Disaster response making a real difference for the future

It has been just over a year since Cyclone Pam, the largest cyclone to hit Vanuatu, caused devastation to the country and its National Disaster Management Office is now dealing with another natural disaster caused by the dry weather conditions and El Nino weather pattern that has been plaguing the Pacific region.

Director of NDMO, Mr Shadrack Welgetabit said although the El Nino conditions have officially broken in the region, Vanuatu is still being affected by its presence as the normal dry season begins without adequate rain.

“Seeing that we just came out of El Nino we are now heading straight into our dry season and although we are having a bit of rain this is still reported as below normal. We don’t have any issues with access to water right now but we are monitoring the food security sector very closely and trying our best to address those issues as they unfold around the country,” he said.

The NDMO, other government agencies and partners are working together to ensure the impact of these dry conditions are minimised across the country.

Mr Welegtabit said water tanks are being installed in ‘hot spot’ dry areas for future dry weather ensuring communities will have adequate access to water across all 6 provinces of the country.

“Currently we have been responded in terms of purchase of water tanks and putting them in locations that are drought affected to protect for future water shortages to identify the hot spot areas.

We have also secured a drill rig through the support of the BSRP project and this will be managed directly by the Department of Water. It will ensure people have bore holes drilled so communities can access water even in times of dry weather like the ones we are experiencing at the moment.

Work is expected to begin on this as soon as the drill rig arrives in the country with key sites already identified.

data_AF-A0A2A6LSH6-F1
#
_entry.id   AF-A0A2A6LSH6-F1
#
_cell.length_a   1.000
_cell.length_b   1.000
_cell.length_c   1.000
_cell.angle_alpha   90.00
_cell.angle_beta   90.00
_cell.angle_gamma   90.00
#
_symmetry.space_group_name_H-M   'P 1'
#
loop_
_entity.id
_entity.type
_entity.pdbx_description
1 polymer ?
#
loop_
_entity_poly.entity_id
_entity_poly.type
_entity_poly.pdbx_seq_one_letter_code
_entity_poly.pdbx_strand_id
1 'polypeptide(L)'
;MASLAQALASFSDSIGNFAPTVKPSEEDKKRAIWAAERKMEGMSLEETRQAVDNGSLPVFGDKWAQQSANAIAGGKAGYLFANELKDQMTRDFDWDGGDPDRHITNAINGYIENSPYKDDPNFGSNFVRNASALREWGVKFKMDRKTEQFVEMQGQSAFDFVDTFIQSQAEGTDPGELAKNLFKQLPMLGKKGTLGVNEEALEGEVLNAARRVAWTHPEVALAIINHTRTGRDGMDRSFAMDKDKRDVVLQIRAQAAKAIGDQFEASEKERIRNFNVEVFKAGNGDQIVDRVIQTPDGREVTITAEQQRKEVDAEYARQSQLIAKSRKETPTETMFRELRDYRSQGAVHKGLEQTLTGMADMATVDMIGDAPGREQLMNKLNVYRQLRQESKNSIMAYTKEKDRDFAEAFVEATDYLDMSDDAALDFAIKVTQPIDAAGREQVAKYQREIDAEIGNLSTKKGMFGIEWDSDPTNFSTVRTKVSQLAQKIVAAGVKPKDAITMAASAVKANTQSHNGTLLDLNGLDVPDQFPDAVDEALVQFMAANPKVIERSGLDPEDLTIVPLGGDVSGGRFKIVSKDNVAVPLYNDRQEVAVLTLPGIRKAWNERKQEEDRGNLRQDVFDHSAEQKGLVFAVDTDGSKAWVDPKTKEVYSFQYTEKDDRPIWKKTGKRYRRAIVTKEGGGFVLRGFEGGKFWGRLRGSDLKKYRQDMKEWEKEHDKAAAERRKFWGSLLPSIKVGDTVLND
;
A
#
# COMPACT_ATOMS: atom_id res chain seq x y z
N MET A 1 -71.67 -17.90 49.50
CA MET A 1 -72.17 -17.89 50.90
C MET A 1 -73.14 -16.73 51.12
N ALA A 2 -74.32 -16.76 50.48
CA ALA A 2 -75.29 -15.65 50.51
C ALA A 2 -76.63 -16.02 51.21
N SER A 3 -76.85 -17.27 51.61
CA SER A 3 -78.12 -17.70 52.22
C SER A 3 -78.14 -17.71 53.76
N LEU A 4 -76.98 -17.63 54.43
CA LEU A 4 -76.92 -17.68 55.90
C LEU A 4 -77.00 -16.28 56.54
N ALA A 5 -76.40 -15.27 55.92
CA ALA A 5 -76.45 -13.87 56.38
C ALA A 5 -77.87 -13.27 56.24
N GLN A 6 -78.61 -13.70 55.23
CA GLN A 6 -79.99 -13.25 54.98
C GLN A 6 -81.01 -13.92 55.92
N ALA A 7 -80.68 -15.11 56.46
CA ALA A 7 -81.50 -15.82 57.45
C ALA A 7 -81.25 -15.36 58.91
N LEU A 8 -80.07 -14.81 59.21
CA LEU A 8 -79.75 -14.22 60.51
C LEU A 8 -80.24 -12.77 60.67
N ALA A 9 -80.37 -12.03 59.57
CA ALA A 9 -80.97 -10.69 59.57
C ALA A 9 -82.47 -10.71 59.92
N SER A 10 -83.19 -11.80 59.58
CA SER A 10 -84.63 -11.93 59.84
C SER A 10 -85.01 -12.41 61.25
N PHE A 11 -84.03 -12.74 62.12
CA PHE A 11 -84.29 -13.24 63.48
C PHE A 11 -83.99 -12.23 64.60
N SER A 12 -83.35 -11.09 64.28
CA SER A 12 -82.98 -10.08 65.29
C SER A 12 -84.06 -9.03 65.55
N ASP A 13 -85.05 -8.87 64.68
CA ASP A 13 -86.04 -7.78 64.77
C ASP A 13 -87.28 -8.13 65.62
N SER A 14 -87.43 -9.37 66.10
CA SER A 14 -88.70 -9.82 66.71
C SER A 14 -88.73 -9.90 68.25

This work is helping make communities more resilient to not only the predicted impacts of climate change but also to future disasters in the country.

This existing work is part of the regular work the NDMO carry out across the country but helping prepare the country for future disaster is also critical with Mr Welegtabit explaining more community awareness of disaster is being targeted to ensure the country is more resilient in the future.

One of the areas the NDMO is focused on is strengthening the provincial network of Emergency Operations Centres (PEOC) which came as a recommendation to the impact of Tropical Cyclone Pam.

Currently three ‘Provincial Emergency Operation Centres (PEOCs) have been built across the 6 provinces with another two being built by the end of 2016 that will provide equipment and staff to help increase disaster awareness in communities and support immediate response in future events.

“We are thankful the BSRP and the World bank for assisting us in having proper NDMO offices in the provinces and putting in provincial disaster officers and having equipment given through the project for three boats and two cars that will be located in 5 provinces and that should assist in supporting disaster awareness into the communities,” he said.

This work was directly recommended as necessary resilience building tools from the Tropical Cyclone Pam Lessons Learned Workshop and Report.

Provincial officers in each of these officers will work directly at community level and with each of the community disaster and climate change committees to develop response plans and testing these plans so communities are more prepared for future disaster.

“In the past we were not able to do that as we didn’t have access to this equipment and we are now working on that and are thankful that the project was able to help us and we now have to work to carry out these programmes in the community,” he said.

These officers and Provincial Emergency Operation Centres will not just be used by the NDMO as all other government ministries and partners will be able to utilise these offices and equipment to support people at community level. This work will help mainstream disaster resilience into the broader community and government directly.

This will mean people in the community will be there to assist in the preparation for disaster and response and recovery to disaster in the future.

“If we could plan better and prepare better then we might be able to minimise the impact of whatever is going to hit the community whether it’s a cyclone or a tsunami and we will be working with other government line agencies to help people at the community,” he said.

Mr Welegtabit said they are now working to secure an on-going budget for community training and awareness to support these centres at every level of government as the cost of travelling to remote parts of the country can be expensive.

“The only hiccup that we will be working on is terms of ensuring they will happen at community level is to ask extra budget support from the government and hopefully we will have adequate funding provided by the government to roll out community activities,” he said.